Several students have asked me variations of the same question in the past several weeks, so I wanted to take a moment to address it here.
The question: I feel great when I slow down and become more aware in my Alexander Technique lessons, but I don't know how to maintain that awareness when I have to move quickly in the rest of my life. Is the point of Alexander Technique to be aware 100% of the time?
Answer in short: Hell no! Ain't nobody got time for that!
There’s no way for us mere mortals to be mindful and aware of our mind-body-selves 100% of the time. We’re just not built for that. But how about for 10 minutes a day, or 5 minutes? How about for even just a split second check-in to stop and ask yourself, "Can I do less?" or "Can I release my neck into length and my back into expansion?" Read More
An article entitled "No Time to Think" by Kate Murphy published in the New York Times Sunday Review on July 27th, 2014 states:
"In 11 experiments involving more than 700 people, the majority of participants reported that they found it unpleasant to be alone in a room with their thoughts for just 6 to 15 minutes."
It speculates that the constant busyness many of us seem to experience, and sometimes even glorify this day and age, may just be a tactic for avoiding self-reflection. Busyness distracts us from acknowledging the reality of our thoughts, emotions, and sensations -- particular those we consider "negative".
As an Alexander Technique teacher and resident of the City that Never Sleeps, this does not come as a surprise to me. Many of my students and fellow city dwellers spend their every day powering forward with no time for pause, working nonstop to get ahead in their careers, going to the gym, bouncing from one social engagement to the next, running errands, and keeping up with social media 24/7. But this pace is not sustainable. Whatever feelings and sensations we shut out get pushed down in our psyches, only to bubble up in unexpected ways at unexpected times. Without time for self-reflection, we're just hurtling through our lives on auto-pilot, limiting our capacity for growth and change. Read More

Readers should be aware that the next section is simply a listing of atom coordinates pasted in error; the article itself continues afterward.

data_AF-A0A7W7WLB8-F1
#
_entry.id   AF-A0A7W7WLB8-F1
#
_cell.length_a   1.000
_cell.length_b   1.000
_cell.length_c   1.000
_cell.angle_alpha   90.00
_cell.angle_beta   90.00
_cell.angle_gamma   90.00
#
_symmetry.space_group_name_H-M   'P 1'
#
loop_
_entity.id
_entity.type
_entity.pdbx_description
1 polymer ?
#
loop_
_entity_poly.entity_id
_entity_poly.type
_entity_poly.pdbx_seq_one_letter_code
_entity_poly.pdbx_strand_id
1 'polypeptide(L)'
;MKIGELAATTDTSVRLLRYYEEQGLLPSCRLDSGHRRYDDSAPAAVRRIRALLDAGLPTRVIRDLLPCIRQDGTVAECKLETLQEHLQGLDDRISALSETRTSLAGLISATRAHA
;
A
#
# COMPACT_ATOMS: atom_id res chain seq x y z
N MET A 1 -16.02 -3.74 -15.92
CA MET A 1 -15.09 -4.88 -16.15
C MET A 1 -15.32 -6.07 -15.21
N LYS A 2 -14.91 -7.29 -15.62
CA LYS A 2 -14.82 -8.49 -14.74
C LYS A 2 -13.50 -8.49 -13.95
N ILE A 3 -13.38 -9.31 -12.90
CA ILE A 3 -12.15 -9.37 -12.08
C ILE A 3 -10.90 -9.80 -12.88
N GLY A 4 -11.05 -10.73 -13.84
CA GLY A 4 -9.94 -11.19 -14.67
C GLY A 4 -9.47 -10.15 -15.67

My Love Affair With the F Word
I wanted to write about why failure is an essential element in any Alexander Technique practice, but everything I wrote seemed overly complicated and wordy. I was having a difficult time trying to squeeze out a decent draft from what I had, until I remembered to practice the very thing I was preaching.
The way I was writing wasn’t working, so instead of charging forward without changing anything, I stopped. I let go of the familiar tension that had built up over the process of banging out the first draft, released my neck and back, and allowed myself to grow into more of my full expansiveness. I let my breathing open up, and I acknowledged the support of the ground. I wiped the slate clean and started over. Read More